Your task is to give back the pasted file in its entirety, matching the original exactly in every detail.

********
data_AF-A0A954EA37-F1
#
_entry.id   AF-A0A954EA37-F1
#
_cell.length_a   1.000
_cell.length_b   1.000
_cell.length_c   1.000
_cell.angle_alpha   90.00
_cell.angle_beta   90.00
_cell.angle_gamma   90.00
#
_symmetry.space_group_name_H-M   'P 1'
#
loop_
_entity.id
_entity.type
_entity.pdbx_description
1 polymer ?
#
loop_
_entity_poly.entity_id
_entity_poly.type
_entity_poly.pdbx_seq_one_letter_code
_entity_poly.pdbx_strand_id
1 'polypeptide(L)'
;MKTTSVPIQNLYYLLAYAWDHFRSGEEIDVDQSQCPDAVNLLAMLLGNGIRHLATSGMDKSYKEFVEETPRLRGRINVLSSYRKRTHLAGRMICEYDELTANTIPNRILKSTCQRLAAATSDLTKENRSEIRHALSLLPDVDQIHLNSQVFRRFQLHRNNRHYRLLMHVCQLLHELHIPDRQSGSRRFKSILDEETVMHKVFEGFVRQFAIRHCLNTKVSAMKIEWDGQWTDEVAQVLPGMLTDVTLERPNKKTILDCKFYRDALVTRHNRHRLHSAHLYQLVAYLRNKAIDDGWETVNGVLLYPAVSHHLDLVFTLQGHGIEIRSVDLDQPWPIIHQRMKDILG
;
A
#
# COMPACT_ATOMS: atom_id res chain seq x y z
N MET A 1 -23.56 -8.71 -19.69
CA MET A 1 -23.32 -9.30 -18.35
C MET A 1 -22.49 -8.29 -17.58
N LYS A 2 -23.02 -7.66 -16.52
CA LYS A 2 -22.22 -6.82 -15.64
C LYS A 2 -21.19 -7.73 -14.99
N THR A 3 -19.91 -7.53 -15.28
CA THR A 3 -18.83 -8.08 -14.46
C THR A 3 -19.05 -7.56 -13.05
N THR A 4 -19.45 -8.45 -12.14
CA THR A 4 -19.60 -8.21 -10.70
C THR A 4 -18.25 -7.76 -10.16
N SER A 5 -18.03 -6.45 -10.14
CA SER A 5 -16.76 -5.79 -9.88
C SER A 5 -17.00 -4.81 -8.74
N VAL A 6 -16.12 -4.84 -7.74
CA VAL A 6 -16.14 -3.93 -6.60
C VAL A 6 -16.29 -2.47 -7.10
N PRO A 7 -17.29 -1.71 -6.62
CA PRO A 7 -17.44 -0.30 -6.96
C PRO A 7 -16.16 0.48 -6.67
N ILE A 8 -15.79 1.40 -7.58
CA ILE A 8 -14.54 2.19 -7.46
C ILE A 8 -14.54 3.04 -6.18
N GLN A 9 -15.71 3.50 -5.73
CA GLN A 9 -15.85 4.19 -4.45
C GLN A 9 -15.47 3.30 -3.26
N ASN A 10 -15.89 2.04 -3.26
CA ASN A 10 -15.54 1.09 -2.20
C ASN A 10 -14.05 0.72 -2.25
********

data_AF-A0A954EA37-F1
#
_entry.id   AF-A0A954EA37-F1
#
_cell.length_a   1.000
_cell.length_b   1.000
_cell.length_c   1.000
_cell.angle_alpha   90.00
_cell.angle_beta   90.00
_cell.angle_gamma   90.00
#
_symmetry.space_group_name_H-M   'P 1'
#
loop_
_entity.id
_entity.type
_entity.pdbx_description
1 polymer ?
#
loop_
_entity_poly.entity_id
_entity_poly.type
_entity_poly.pdbx_seq_one_letter_code
_entity_poly.pdbx_strand_id
1 'polypeptide(L)'
;MKTTSVPIQNLYYLLAYAWDHFRSGEEIDVDQSQCPDAVNLLAMLLGNGIRHLATSGMDKSYKEFVEETPRLRGRINVLSSYRKRTHLAGRMICEYDELTANTIPNRILKSTCQRLAAATSDLTKENRSEIRHALSLLPDVDQIHLNSQVFRRFQLHRNNRHYRLLMHVCQLLHELHIPDRQSGSRRFKSILDEETVMHKVFEGFVRQFAIRHCLNTKVSAMKIEWDGQWTDEVAQVLPGMLTDVTLERPNKKTILDCKFYRDALVTRHNRHRLHSAHLYQLVAYLRNKAIDDGWETVNGVLLYPAVSHHLDLVFTLQGHGIEIRSVDLDQPWPIIHQRMKDILG
;
A
#
# COMPACT_ATOMS: atom_id res chain seq x y z
N MET A 1 -23.56 -8.71 -19.69
CA MET A 1 -23.32 -9.30 -18.35
C MET A 1 -22.49 -8.29 -17.58
N LYS A 2 -23.02 -7.66 -16.52
CA LYS A 2 -22.22 -6.82 -15.64
C LYS A 2 -21.19 -7.73 -14.99
N THR A 3 -19.91 -7.53 -15.28
CA THR A 3 -18.83 -8.08 -14.46
C THR A 3 -19.05 -7.56 -13.05
N THR A 4 -19.45 -8.45 -12.14
CA THR A 4 -19.60 -8.21 -10.70
C THR A 4 -18.25 -7.76 -10.16
N SER A 5 -18.03 -6.45 -10.14
CA SER A 5 -16.76 -5.79 -9.88
C SER A 5 -17.00 -4.81 -8.74
N VAL A 6 -16.12 -4.84 -7.74
CA VAL A 6 -16.14 -3.93 -6.60
C VAL A 6 -16.29 -2.47 -7.10
N PRO A 7 -17.29 -1.71 -6.62
CA PRO A 7 -17.44 -0.30 -6.96
C PRO A 7 -16.16 0.48 -6.67
N ILE A 8 -15.79 1.40 -7.58
CA ILE A 8 -14.54 2.19 -7.46
C ILE A 8 -14.54 3.04 -6.18
N GLN A 9 -15.71 3.50 -5.73
CA GLN A 9 -15.85 4.19 -4.45
C GLN A 9 -15.47 3.30 -3.26
N ASN A 10 -15.89 2.04 -3.26
CA ASN A 10 -15.54 1.09 -2.20
C ASN A 10 -14.05 0.72 -2.25